The Sacredness of Mountaintops

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From the earliest days, mankind has looked to the heavens for answers to the mysteries of life. Ancient societies considered the heavens to be the home of the gods and natural phenomena such as the sun and the moon, rain, thunder, lightning, rainbows, and clouds. Polynesian explorers read the heavens to navigate wide swaths of ocean depending only on the stars and constellations to tell them where they were.  According to the Fuji Declaration, “The great spiritual traditions of the world have always been telling us that, at its root, human life is inextricably linked to its universal source.”

The highest mountaintops on earth became the ultimate height to which man could reach and be close to the gods, while still remaining within earthly bounds. And thus, the sacredness of mountaintops was woven into stories of the gods in every civilization. Zeus lived on Mount Olympus in Greece. Mount Fuji in Japan is sacred to the Shinto goddess Sengen-Sama. The Nepalese Goddess of the Sky lived on Mount Everest. Poli’ahu, the Snow Goddess, lived on Mauna Kea in Hawaii. The mountaintops had become sacred because that is where the gods dwelled on earth.

What causes hikers today to give up everything they have and train for months and years to climb to the highest mountaintops, and get nothing but the satisfaction that they have achieved their goal? Kilimanjaro in Africa. The Alps in Europe. The Rockies in America. Wherever there are mountains, there are men to climb them. It is the Divine Spark speaking to the human soul to push on.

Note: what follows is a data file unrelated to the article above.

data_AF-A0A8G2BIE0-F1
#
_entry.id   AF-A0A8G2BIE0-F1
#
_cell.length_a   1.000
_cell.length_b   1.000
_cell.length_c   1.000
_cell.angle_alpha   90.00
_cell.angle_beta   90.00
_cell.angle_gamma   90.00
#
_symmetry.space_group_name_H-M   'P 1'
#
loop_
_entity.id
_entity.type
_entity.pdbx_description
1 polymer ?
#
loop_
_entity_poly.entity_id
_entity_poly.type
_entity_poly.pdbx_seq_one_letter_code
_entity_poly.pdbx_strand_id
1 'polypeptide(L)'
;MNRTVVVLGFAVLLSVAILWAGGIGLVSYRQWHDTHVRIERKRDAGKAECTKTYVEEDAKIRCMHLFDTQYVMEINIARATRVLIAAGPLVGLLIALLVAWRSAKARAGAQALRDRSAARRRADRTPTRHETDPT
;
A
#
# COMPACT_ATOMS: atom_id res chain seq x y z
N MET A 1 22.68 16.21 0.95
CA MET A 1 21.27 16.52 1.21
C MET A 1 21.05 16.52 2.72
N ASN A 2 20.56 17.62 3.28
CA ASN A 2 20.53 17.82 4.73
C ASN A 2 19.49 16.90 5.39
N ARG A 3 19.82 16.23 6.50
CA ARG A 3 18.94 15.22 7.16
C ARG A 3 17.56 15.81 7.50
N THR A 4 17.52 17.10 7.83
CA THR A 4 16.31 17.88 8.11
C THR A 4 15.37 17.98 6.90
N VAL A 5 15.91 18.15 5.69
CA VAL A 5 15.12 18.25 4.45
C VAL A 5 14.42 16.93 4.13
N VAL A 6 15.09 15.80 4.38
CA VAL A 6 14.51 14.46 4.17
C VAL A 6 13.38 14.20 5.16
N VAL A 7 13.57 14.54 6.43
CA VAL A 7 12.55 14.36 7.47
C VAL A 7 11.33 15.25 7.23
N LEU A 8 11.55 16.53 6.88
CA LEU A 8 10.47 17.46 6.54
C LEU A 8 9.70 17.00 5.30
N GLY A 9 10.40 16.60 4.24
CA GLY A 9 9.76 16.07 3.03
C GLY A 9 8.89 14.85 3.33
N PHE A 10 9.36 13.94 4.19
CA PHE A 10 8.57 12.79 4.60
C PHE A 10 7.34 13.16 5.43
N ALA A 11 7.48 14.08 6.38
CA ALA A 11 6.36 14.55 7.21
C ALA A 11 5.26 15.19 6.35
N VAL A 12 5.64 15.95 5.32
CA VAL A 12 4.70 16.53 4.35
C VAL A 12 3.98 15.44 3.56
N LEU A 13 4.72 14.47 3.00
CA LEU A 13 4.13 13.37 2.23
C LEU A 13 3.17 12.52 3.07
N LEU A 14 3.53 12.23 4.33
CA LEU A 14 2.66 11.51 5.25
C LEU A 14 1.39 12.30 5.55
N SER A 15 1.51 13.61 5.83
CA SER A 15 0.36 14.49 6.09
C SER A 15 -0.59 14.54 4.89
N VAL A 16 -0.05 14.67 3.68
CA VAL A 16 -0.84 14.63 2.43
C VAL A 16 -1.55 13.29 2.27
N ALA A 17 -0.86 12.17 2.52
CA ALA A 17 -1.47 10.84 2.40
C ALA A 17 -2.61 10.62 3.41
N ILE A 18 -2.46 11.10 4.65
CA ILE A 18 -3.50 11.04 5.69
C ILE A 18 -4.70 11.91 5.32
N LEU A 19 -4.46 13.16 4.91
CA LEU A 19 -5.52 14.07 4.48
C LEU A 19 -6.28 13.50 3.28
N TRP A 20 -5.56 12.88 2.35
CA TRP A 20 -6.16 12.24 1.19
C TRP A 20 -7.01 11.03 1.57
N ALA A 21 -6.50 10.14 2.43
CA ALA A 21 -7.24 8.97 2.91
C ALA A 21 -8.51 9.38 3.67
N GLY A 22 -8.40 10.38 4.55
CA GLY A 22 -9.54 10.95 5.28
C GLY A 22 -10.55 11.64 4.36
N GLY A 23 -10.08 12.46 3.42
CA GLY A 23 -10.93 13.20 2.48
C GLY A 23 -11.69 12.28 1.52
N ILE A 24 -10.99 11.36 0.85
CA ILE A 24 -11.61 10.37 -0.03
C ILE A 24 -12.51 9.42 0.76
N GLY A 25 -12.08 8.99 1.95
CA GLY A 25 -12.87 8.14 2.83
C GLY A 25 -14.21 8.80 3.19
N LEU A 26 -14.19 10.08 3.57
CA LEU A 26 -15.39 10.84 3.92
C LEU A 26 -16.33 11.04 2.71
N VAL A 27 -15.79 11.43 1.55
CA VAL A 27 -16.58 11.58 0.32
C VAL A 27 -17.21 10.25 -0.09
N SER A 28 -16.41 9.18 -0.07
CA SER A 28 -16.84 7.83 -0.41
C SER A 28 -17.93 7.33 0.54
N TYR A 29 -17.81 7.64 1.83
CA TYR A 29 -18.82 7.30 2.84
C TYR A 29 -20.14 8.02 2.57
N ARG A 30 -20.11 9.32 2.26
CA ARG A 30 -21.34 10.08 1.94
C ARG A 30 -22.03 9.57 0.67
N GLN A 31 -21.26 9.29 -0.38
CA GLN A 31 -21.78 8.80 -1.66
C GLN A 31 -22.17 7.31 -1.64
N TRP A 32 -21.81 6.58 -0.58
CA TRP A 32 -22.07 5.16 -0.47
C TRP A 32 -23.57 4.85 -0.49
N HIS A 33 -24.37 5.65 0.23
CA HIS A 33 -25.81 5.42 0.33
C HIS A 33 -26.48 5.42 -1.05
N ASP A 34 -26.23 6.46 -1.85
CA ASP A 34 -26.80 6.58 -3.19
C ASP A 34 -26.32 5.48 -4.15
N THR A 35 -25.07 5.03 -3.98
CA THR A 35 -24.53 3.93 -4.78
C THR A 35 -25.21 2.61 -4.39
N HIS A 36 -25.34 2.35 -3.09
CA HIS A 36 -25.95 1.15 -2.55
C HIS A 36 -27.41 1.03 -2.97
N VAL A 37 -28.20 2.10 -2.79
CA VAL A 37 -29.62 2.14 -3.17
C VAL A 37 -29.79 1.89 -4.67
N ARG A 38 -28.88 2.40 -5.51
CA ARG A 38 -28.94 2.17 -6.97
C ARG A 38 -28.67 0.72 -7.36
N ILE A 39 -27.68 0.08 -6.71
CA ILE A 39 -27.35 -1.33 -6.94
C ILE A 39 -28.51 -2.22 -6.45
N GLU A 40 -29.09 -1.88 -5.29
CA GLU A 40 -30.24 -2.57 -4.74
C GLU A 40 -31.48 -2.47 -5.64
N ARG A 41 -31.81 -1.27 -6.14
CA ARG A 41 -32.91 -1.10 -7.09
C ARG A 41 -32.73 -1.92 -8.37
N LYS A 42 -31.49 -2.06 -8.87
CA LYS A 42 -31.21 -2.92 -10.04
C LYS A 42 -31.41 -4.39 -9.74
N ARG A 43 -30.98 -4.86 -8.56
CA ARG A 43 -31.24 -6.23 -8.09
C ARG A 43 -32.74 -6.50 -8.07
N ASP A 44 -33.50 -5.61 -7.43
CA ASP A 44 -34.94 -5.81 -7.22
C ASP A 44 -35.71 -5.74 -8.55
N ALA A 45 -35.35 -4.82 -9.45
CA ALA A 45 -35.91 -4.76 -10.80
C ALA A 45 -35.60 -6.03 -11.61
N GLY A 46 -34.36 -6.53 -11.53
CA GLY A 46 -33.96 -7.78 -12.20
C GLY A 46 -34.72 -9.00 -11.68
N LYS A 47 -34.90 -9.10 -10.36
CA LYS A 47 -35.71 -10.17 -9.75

Each of us has our mountaintops to climb, those challenges in life that only we, as individuals, can overcome. No one can drag a hiker to the mountaintop. We must call upon our own Divine Spark and inner resolve to reach the elusive mountaintops in our lives. Step by step, we climb upward to beat the odds and conquer the unknown. The weakness we’ve been trying to overcome for decades. Unhealthy addictions. Distractions that erode our money and time. Illnesses that sap our strength until wellness finally emerges.

Ultimately, what we find at the mountaintop is that we did not climb alone. There were others along the way who helped. Those in front who set the example. Those behind who watched our steps carefully. Those who loved us and kept us in their prayers. And those who already had climbed their mountain and knew that it was possible.

The mission of the Fuji Declaration is to ignite the full potential of the human spirit in service to others. We can best do that when we have climbed the mountaintops in our own lives first. When we are seeing the clearest views, breathing the cleanest air and are in closest communication with our God, we have the most to offer to others and to the world. It is at the mountaintop that our Divine Spark will understand its true purpose and role in furthering a more peaceful and sustainable planet.

By: Stephanie Launiu

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